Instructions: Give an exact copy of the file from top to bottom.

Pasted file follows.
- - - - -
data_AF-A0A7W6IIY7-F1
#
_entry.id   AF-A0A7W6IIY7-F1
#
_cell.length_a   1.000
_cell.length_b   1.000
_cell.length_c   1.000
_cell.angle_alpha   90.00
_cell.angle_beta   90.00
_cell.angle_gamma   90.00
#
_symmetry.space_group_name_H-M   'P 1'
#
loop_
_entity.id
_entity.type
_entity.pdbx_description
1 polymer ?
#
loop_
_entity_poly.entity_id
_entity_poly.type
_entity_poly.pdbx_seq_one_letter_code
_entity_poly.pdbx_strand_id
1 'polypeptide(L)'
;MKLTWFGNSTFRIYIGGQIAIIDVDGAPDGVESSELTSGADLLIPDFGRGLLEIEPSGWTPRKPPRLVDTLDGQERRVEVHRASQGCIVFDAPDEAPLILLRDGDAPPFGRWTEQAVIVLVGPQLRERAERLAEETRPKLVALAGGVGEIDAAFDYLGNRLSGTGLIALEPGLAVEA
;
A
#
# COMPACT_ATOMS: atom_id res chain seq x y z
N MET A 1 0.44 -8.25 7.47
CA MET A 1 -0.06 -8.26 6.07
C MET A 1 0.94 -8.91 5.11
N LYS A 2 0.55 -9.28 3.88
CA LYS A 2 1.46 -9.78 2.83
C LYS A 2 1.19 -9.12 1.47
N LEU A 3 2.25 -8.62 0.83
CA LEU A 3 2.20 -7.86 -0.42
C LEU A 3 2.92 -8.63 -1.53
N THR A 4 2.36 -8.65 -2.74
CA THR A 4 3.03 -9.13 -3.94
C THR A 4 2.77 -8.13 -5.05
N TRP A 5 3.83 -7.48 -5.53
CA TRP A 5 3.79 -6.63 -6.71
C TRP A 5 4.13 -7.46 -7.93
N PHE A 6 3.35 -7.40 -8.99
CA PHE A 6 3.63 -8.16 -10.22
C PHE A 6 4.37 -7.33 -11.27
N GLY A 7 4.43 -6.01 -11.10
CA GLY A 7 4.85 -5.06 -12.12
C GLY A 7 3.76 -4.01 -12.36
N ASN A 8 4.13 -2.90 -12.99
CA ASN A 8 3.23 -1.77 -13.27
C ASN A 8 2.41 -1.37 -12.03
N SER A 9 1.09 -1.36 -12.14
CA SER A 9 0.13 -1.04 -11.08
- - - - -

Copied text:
data_AF-A0A7W6IIY7-F1
#
_entry.id   AF-A0A7W6IIY7-F1
#
_cell.length_a   1.000
_cell.length_b   1.000
_cell.length_c   1.000
_cell.angle_alpha   90.00
_cell.angle_beta   90.00
_cell.angle_gamma   90.00
#
_symmetry.space_group_name_H-M   'P 1'
#
loop_
_entity.id
_entity.type
_entity.pdbx_description
1 polymer ?
#
loop_
_entity_poly.entity_id
_entity_poly.type
_entity_poly.pdbx_seq_one_letter_code
_entity_poly.pdbx_strand_id
1 'polypeptide(L)'
;MKLTWFGNSTFRIYIGGQIAIIDVDGAPDGVESSELTSGADLLIPDFGRGLLEIEPSGWTPRKPPRLVDTLDGQERRVEVHRASQGCIVFDAPDEAPLILLRDGDAPPFGRWTEQAVIVLVGPQLRERAERLAEETRPKLVALAGGVGEIDAAFDYLGNRLSGTGLIALEPGLAVEA
;
A
#
# COMPACT_ATOMS: atom_id res chain seq x y z
N MET A 1 0.44 -8.25 7.47
CA MET A 1 -0.06 -8.26 6.07
C MET A 1 0.94 -8.91 5.11
N LYS A 2 0.55 -9.28 3.88
CA LYS A 2 1.46 -9.78 2.83
C LYS A 2 1.19 -9.12 1.47
N LEU A 3 2.25 -8.62 0.83
CA LEU A 3 2.20 -7.86 -0.42
C LEU A 3 2.92 -8.63 -1.53
N THR A 4 2.36 -8.65 -2.74
CA THR A 4 3.03 -9.13 -3.94
C THR A 4 2.77 -8.13 -5.05
N TRP A 5 3.83 -7.48 -5.53
CA TRP A 5 3.79 -6.63 -6.71
C TRP A 5 4.13 -7.46 -7.93
N PHE A 6 3.35 -7.40 -8.99
CA PHE A 6 3.63 -8.16 -10.22
C PHE A 6 4.37 -7.33 -11.27
N GLY A 7 4.43 -6.01 -11.10
CA GLY A 7 4.85 -5.06 -12.12
C GLY A 7 3.76 -4.01 -12.36
N ASN A 8 4.13 -2.90 -12.99
CA ASN A 8 3.23 -1.77 -13.27
C ASN A 8 2.41 -1.37 -12.03
N SER A 9 1.09 -1.36 -12.14
CA SER A 9 0.13 -1.04 -11.08